It must have been five below freezing last week, when I set out on my daily dog walk along my usual riverside route.
Although it was overcast, the frost still clung to every fragment of vegetation and the ground was brick hard. Icicles hung in curtains at the hydro-electric generating station, formed by the constant splashing from the spinning turbines.
Further upstream, fieldfares chattered angrily at my approach before taking off in a noisy flock. It is so difficult to get anywhere near these nervous birds.
Just below the pool where Ettrick and Yarrow meet, I heard the unmistakable melodious song of a dipper.
I stopped and quickly located it sitting on a stone in midstream, head back, singing his heart out.
Dippers are unusual in that they have feathered eyelids which happen to be white and I couldn’t help noticing that he seemed to be blinking more than usual, which is part of the courting ritual.
As I watched, I caught a glimpse of movement on the far bank and saw that another dipper was edging closer to the songster. I took it to be a female as no aggression ensued.
Slowly she made her way closer to the vocalist, who by this time had his head right back and giving it his all.
Eventually she stopped on the stone in front of him and began to rhythmically bob, seemingly in time to his music.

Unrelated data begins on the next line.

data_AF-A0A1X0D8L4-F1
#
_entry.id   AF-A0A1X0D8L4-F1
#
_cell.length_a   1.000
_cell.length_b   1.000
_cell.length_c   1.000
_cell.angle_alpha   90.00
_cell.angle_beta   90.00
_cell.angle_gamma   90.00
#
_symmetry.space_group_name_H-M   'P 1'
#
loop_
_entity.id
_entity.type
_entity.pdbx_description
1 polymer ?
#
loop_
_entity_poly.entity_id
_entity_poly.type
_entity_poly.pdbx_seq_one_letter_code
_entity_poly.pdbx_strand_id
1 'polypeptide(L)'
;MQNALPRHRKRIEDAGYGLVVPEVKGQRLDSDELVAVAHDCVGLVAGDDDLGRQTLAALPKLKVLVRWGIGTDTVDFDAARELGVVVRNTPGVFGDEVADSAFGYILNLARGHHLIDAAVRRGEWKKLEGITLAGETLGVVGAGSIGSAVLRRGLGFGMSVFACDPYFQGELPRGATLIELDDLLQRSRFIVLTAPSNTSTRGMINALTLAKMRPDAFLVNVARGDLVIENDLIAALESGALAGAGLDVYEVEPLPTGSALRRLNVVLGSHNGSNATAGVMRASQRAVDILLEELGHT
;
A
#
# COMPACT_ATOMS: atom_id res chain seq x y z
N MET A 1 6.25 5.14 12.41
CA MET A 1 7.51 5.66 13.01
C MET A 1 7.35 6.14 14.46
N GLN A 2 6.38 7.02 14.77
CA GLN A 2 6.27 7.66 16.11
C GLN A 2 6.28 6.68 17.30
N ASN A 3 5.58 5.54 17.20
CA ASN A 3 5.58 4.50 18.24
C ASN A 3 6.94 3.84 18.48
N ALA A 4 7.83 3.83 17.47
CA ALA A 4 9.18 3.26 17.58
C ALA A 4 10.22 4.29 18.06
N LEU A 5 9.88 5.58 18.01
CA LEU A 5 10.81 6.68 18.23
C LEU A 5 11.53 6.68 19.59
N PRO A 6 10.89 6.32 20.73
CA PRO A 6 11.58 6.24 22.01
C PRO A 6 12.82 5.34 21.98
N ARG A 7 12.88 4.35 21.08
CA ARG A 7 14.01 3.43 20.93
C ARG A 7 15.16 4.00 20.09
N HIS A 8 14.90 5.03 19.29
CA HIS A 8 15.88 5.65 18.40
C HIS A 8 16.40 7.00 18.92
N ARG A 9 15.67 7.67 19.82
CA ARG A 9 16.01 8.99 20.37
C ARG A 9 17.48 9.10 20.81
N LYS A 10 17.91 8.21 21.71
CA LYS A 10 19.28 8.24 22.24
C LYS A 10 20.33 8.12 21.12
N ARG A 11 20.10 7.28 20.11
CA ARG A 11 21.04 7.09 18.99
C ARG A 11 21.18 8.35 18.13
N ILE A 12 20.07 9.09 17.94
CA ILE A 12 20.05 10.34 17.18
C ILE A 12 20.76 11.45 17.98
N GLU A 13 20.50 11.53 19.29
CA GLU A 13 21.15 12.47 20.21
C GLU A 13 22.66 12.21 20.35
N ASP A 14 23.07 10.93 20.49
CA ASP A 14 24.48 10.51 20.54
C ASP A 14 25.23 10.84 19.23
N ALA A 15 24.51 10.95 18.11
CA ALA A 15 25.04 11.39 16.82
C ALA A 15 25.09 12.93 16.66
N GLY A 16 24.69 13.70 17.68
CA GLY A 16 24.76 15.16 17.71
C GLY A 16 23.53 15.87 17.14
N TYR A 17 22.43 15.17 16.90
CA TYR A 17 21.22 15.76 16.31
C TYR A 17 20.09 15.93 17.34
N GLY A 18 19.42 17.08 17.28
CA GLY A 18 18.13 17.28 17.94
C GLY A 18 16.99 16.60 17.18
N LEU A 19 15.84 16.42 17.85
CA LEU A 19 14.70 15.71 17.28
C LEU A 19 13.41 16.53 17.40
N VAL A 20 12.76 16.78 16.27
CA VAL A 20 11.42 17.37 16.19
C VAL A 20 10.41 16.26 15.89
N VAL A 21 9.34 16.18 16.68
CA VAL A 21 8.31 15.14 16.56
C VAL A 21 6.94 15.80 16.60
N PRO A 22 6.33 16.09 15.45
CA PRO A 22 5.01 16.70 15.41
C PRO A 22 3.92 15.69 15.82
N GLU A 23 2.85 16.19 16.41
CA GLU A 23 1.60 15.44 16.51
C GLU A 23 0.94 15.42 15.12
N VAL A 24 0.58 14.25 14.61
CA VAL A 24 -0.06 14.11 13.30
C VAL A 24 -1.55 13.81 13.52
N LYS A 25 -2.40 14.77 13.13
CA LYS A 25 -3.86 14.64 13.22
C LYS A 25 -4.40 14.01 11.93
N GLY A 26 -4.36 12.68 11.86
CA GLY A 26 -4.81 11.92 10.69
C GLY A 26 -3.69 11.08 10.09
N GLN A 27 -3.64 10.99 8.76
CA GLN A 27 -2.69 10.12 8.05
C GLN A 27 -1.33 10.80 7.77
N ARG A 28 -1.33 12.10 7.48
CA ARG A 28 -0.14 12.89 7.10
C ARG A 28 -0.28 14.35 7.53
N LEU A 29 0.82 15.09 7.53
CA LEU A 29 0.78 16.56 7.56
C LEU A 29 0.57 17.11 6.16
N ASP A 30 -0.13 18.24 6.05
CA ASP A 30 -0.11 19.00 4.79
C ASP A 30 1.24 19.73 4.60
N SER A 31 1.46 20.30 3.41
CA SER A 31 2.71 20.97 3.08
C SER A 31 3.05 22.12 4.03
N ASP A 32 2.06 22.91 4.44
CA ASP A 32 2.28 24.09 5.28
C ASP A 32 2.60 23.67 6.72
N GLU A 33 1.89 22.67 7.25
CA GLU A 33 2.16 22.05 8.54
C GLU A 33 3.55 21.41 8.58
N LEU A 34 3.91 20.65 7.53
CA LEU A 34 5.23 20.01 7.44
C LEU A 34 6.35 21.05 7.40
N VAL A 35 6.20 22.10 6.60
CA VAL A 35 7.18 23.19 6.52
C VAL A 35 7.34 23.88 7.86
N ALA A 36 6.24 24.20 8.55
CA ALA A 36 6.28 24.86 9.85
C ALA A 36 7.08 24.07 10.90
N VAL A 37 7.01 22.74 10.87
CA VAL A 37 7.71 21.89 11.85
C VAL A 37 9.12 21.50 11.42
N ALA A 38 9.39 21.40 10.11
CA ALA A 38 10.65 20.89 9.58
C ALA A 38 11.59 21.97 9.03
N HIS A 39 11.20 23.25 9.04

This went on for some minutes, giving me time for a couple of quick snaps, before the pair finally took off together and flew off downstream.
I reckon he had pulled! Dippers will be on their breeding territories by January so they are all busy pairing off at the moment. My stretch of river is excellent dipper habitat and I heard a further three singing males further downstream on my return trip.
I also encountered a little grebe diving just above the cauld, which is an unusual visitor for this stretch of water. The pond where it usually resides was probably frozen over, so it probably decided to head for the open water of the river.
Winter seems to have arrived early this year, but the extremely cold weather will do a lot of good in getting the natural cycle of things onto a proper footing, after several years of unseasonably mild winters.